While Psalms 9 and 10 have been presented in most translations as two separate psalms, evidence points to their origin as one psalm. The psalms are connected as one psalm in the Septuagint, the Greek translation of the Old Testament read during Jesus’ earthly life. Together they follow the pattern of a Hebrew acrostic, although not all of the letters of the Hebrew alphabet are included. When seen together as one psalm, they display a sharp contrast of joy and sadness.
But shouldn’t these psalms remain separate since they seem to contradict one another? No. On the contrary, they present a tension familiar to the lives of many seasoned believers–a tension between victory and failure, faith and uncertainty, confidence and perplexity. The psalmist reflects on deep questions concerning God’s presence and God’s apparent absence as well as God’s justice and the prosperity of those who deserve to be judged. The psalmist thanks God for the many wondrous deeds he has performed, and this leads him to wonder why God seems so distant in the midst of his struggle.
The life of the Christian is often a walking contradiction. We aim to trust in the unbelievable promises of God, and that trust drives us to ask deeper questions of him as we draw out the implications of those promises in our daily lives. I am reminded of something my professor Frank James told us today in our History I class. He said that the doctrine of the Trinity is one of the most difficult doctrines to believe. He also said that if we’ve never questioned this doctrine, we probably don’t truly believe it. Truth must be wrestled with and engaged with on many levels if it is to bear authentic fruit in our lives.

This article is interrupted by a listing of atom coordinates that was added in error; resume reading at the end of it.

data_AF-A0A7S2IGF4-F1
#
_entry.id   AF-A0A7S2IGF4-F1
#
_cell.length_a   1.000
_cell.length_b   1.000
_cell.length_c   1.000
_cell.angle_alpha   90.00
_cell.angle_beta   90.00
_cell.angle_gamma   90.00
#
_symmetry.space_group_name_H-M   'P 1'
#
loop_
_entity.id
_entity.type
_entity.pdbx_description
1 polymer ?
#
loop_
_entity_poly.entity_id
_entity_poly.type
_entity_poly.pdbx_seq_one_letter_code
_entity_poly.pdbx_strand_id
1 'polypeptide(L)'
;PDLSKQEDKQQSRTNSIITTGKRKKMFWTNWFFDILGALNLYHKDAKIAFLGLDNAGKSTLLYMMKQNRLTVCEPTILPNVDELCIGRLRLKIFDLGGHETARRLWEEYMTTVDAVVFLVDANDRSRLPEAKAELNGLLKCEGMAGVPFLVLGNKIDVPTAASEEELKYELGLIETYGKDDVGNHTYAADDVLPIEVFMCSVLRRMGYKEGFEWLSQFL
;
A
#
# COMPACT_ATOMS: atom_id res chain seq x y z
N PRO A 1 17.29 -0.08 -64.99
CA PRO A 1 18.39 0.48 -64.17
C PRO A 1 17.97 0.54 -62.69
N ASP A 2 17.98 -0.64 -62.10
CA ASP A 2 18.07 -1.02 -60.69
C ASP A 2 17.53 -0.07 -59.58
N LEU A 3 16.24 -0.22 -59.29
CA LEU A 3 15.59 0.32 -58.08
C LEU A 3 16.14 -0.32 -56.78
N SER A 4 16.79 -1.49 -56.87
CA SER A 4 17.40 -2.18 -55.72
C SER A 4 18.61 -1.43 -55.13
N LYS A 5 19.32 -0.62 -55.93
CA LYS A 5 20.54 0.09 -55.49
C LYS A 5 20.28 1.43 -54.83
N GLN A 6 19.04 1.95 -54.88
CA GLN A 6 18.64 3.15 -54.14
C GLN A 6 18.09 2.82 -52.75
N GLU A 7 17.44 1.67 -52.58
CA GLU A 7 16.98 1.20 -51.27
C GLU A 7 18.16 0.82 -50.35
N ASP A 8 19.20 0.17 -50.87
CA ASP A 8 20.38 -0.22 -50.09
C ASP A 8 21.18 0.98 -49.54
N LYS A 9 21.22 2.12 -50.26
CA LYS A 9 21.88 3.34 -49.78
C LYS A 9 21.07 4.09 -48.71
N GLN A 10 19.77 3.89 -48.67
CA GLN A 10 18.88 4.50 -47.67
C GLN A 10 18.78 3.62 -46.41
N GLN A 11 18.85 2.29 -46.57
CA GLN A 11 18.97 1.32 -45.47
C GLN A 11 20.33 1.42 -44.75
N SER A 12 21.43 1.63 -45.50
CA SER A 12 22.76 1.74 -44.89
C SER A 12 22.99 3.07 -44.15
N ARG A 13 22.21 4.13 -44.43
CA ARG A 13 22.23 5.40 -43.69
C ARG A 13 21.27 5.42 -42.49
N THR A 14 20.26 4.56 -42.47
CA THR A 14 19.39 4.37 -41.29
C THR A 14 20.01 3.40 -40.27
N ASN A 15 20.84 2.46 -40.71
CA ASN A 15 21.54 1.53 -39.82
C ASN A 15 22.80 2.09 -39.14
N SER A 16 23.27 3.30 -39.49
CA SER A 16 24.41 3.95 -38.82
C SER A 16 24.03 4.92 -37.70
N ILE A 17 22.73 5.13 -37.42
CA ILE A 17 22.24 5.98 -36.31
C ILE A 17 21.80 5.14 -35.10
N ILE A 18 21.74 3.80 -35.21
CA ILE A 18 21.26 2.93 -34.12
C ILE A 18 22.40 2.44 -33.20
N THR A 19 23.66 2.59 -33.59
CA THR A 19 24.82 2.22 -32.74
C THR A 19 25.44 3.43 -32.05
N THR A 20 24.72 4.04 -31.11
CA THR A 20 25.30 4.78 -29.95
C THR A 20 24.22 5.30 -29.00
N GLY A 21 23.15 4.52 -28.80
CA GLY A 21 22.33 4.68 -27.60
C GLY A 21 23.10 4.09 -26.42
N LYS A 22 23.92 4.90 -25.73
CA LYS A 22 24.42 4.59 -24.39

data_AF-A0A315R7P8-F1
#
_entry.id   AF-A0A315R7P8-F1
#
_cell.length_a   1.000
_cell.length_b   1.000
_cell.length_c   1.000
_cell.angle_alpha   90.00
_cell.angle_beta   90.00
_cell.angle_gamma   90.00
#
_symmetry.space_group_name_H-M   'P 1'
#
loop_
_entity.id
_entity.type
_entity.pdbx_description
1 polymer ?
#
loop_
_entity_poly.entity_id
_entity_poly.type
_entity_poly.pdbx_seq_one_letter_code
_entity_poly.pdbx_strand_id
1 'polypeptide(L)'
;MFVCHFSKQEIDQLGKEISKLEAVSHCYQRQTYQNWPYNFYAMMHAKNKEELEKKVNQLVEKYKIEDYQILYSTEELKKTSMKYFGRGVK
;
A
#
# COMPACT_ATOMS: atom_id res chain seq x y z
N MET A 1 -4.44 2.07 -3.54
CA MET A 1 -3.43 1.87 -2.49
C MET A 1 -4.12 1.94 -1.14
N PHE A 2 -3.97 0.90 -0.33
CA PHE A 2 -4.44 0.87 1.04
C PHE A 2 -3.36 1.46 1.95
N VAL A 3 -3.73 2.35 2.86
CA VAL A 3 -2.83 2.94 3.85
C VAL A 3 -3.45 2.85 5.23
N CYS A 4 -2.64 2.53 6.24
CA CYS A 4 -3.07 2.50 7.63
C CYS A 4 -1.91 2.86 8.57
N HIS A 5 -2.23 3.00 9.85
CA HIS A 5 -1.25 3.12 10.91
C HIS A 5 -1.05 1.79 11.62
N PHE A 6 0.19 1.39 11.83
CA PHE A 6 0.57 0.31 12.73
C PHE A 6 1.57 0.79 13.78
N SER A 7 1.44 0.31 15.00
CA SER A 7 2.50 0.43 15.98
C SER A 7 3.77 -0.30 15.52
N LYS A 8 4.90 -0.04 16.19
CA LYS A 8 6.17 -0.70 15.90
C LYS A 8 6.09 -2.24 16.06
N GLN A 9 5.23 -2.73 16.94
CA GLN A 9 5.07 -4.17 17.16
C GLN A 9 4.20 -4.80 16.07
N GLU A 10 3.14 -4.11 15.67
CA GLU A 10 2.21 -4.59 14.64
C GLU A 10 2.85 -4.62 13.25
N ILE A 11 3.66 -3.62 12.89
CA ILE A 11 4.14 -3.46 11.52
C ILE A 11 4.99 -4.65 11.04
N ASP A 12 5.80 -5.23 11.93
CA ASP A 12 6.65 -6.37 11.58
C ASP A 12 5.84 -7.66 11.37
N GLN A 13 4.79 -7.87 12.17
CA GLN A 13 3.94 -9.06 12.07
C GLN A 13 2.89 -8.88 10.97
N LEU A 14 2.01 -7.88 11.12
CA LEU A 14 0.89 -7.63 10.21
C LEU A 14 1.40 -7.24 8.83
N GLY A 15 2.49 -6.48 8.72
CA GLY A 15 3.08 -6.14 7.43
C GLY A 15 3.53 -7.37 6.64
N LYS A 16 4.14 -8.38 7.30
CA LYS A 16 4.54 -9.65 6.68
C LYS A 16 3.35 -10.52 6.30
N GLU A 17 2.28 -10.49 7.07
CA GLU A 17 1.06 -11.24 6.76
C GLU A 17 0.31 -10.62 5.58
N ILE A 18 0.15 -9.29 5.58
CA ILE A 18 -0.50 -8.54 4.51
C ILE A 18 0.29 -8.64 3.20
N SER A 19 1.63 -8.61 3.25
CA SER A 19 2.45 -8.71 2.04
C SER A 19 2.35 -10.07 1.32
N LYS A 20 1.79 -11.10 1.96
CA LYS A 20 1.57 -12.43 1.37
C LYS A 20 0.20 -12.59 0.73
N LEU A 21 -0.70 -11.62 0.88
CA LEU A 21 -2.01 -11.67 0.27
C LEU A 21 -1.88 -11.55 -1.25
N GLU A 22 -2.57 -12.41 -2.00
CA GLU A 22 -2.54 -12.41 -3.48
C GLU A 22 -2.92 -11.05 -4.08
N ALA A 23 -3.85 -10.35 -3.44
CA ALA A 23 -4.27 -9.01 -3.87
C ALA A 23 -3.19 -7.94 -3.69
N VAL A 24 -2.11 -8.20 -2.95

I have an unhelpful tendency to see polarity in my Christian experience as two opposing forces. I look at the times when I am joyful and trusting fully in God, saying to myself, “Yes, this is how I should always be!” But then I look at the times when I am joyless and questioning God, saying to myself, “I should never be like this.” This is an improper view for the life of a Christian. The psalms express the vast array of human emotions, lifting them all to God. How refreshing it is to know that God has ordained moments of joy and sadness! How good it is to know that he is using both experiences for my good!